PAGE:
We also saw sea otters resting on small blocks of ice, seals, golden eagles, and different types of birds. Late in the afternoon we headed towards Seward. The Seward Highway is one of the most spectacular, but honestly to me all the roads I was looking. The mountains are closer and on the sides we can see several lakes with water lilies. The truth is that I was dying to spend a day in a sea usually as hectic as Bering.
Several hours after sailing we stopped in the middle of the sea and were adrift. I imagine that the sonar would signal the presence of a fish bank and that it turned that place into one as good as any other to throw the hooks in the water. The bait, pieces of herring. I do not know if with a sonar it is possible to distinguish a halibut bank from one of sardines or of a whale.
The reality is that all the fishermen started to take small sharks of the size of my arm out of the water that quickly realized the baits that both the skipper and his assistant were placing on our hooks. After returning to the sea a good amount of sharks (I took three), all alive and with their fins intact, of course.
The boss decided to continue the march for a while and find a better place to fish what we all wanted, a couple of tasty halibut. Of course, I cannot deny that fishing time was as fun as the next one because the sharks they threw enough of the condemned. We set off again to the port. The girl who came as a crew member on the boat spent a good part of the trip back cleaning and preparing the fish.
Most fishermen chose to send their catches, conveniently packaged, home. Since in my case that was not possible I opted to stay with a beautiful ration for dinner that night and donate the rest for charity. In summary, I think it is the most expensive fish ration I have eaten in my life but it was worth it. I had fun.
We started mid-afternoon to Seward. The truth is that it was very beautiful, but we could not see it as well as others because of the weather. However, it should be noted that this road is much busier than others and of course you can not stop at the time you want, unlike the Denali Highway.
Tonight, our idea was to sleep in Seward. We were walking around the coastal town, the day was cloudy and the mountains were not visible in the background. We went to dinner at a restaurant with the intention of trying again to try typical Alaskan dishes. The truth is that the dinner was very good based on fish, although we also paid for it.
There was a campground in the center of Seward. On a clear day the views had to be impressive, although it is true that it gave a bit of a shabby feel. The motorhomes were in the front line, then the stores, but there was no kind of fence with trees and everything was very much in sight. The campground was complete and we had to find another place to spend the night.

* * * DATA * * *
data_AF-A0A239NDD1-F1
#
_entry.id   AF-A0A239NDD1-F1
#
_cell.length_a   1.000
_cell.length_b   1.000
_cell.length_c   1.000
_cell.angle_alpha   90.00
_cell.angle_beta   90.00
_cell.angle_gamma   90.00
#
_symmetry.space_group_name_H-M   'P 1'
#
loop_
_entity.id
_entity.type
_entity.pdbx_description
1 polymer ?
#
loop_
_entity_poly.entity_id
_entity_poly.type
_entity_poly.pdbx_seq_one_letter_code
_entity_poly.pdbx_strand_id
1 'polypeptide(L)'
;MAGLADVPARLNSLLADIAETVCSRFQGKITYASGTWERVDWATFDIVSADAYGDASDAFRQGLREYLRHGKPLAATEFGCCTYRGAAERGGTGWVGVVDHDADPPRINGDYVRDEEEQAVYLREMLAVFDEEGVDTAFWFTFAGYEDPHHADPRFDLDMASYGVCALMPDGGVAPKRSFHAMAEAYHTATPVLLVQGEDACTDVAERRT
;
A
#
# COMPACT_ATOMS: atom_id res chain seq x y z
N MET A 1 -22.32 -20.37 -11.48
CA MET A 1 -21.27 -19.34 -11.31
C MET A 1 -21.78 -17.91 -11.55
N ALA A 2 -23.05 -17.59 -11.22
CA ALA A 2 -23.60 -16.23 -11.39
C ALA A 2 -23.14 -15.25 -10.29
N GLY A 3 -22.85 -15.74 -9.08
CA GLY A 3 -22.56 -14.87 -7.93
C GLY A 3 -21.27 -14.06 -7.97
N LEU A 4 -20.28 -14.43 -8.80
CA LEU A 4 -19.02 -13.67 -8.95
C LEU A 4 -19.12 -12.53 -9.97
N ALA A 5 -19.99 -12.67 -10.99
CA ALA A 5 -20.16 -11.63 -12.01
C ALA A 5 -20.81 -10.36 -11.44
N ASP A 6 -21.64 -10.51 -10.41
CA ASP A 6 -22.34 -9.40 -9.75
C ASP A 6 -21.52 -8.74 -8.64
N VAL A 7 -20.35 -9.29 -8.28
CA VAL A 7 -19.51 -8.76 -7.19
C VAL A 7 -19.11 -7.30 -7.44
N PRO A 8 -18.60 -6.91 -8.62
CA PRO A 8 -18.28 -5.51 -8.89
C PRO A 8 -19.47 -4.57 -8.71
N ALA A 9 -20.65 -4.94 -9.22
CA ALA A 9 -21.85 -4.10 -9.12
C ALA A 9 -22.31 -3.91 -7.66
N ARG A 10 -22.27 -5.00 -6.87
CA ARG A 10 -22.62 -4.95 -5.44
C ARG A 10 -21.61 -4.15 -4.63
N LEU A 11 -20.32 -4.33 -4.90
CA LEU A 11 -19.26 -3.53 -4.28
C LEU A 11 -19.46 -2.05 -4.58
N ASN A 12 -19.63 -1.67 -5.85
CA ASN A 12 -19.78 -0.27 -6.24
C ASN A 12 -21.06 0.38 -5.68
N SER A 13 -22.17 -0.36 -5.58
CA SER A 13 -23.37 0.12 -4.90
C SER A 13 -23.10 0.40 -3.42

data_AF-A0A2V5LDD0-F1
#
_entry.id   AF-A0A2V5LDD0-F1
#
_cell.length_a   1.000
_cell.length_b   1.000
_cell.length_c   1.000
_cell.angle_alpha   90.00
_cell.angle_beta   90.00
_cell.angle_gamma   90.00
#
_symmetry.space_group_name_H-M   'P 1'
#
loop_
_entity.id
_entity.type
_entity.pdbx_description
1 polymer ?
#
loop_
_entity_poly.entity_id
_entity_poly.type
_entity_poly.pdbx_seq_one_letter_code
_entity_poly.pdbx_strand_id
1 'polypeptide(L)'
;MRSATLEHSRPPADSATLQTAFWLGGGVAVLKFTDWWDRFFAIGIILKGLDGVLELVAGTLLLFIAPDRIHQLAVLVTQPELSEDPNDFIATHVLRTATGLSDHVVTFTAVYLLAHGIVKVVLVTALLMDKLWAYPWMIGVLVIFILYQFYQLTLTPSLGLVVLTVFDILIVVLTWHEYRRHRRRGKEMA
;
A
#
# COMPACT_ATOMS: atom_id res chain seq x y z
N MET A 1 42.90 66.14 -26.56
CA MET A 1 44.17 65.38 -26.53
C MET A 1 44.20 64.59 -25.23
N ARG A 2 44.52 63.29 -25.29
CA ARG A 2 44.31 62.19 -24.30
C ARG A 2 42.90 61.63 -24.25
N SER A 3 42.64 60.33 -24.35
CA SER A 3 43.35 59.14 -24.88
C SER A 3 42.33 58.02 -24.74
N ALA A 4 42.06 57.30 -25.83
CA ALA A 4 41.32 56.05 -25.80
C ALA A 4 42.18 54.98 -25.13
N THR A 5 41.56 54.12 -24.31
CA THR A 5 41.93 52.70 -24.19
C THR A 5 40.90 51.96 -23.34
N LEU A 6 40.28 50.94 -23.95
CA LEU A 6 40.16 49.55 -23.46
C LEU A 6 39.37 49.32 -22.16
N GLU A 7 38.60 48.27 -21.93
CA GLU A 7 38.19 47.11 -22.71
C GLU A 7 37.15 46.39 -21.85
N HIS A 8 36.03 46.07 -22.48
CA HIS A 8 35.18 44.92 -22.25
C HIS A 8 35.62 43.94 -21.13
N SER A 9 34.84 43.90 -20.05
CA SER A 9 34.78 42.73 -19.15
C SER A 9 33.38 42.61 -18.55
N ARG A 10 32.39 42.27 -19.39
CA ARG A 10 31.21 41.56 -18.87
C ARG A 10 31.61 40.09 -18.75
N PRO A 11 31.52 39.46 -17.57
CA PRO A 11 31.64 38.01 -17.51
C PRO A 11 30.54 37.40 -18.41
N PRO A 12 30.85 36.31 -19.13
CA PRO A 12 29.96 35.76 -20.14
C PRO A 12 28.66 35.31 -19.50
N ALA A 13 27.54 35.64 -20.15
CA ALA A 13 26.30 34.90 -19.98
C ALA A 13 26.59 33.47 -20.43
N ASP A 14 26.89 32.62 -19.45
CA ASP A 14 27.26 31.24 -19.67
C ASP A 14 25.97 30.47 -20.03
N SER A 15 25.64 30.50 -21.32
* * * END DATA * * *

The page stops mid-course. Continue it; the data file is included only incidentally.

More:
As the next day we wanted to climb the Harding icefield, we went straight to that area. Right next to the Exit glacier where the route starts there is a small campsite, with very spacious and intimate plots and quite wild. It was not allowed to leave absolutely no food, creams, neither in the car nor in the store. There was a room specifically for it, and in one of the doors at the height of the handlebar we saw a bear print! It gave a lot of respect, really. Especially since we were practically alone!
Today we got up with much desire to do the trekking. I did not have too much breakfast and of course I took very little liquid, just a tea to avoid the morning headache that crushes me whenever my breakfast does not include a coffee or, failing that, tea.
It was practically our last day, the next one was already undoing the road to go back to Anchorage and catch our plane. The trek was amazing! I do not remember very well the duration. It took about 7 hours round trip, but for me was one of the most beautiful excursions I have ever done. We climb up the slope of the Exit glacier, leaving behind the entire Seward valley until we reach the end of an immense Ice field.
From there the road was covered with snow, but the climb was less hard. When you reach the end of the itinerary, the landscape that is seen above Harding is amazing, the view does not reach the end of the ice field! Of course if you are only going to do a trek in Alaska, I would choose this one without hesitation. It is essential if you like the mountain.
It is not a technical trek, but you have to be prepared to climb through snow and be able to cross with bears. But the views that are obtained at the end are impressive. The road that borders the Kenai Peninsula ends in Homer, several hundred kilometers from where I was and that was my destiny at the end. On the way lakes, rivers, forests in the autumn and a few small towns, some of whose small buildings betrayed their Russian origin.
As it was a good day at the end I opted to get to Homer, at the end of the Sterling Highway. Of all the people I met during my three weeks touring Alaska I think Homer was the one I liked the most. Located on the side of a beautiful bay, a tongue of land goes eight kilometers into the sea, forming a barrier that turns that bay into a huge natural harbor.
At the end of the same restaurants, shops, some art gallery and companies that offered all kinds of excursions and activities around a small lighthouse gave the place an aspect certainly picturesque. That night I stayed in a hostel in Homer. The next day I had to get to Anchorage, the largest city in Alaska but not its capital, where my trip to the 49th State of the USA would come to an end. But that is another chapter.
It is impossible to forget how small you feel in front of such a spectacular horizon! It was a great time to immortalize and finish off our Alaska vacation. With these beautiful images and with immense desire to return, we say goodbye to Alaska.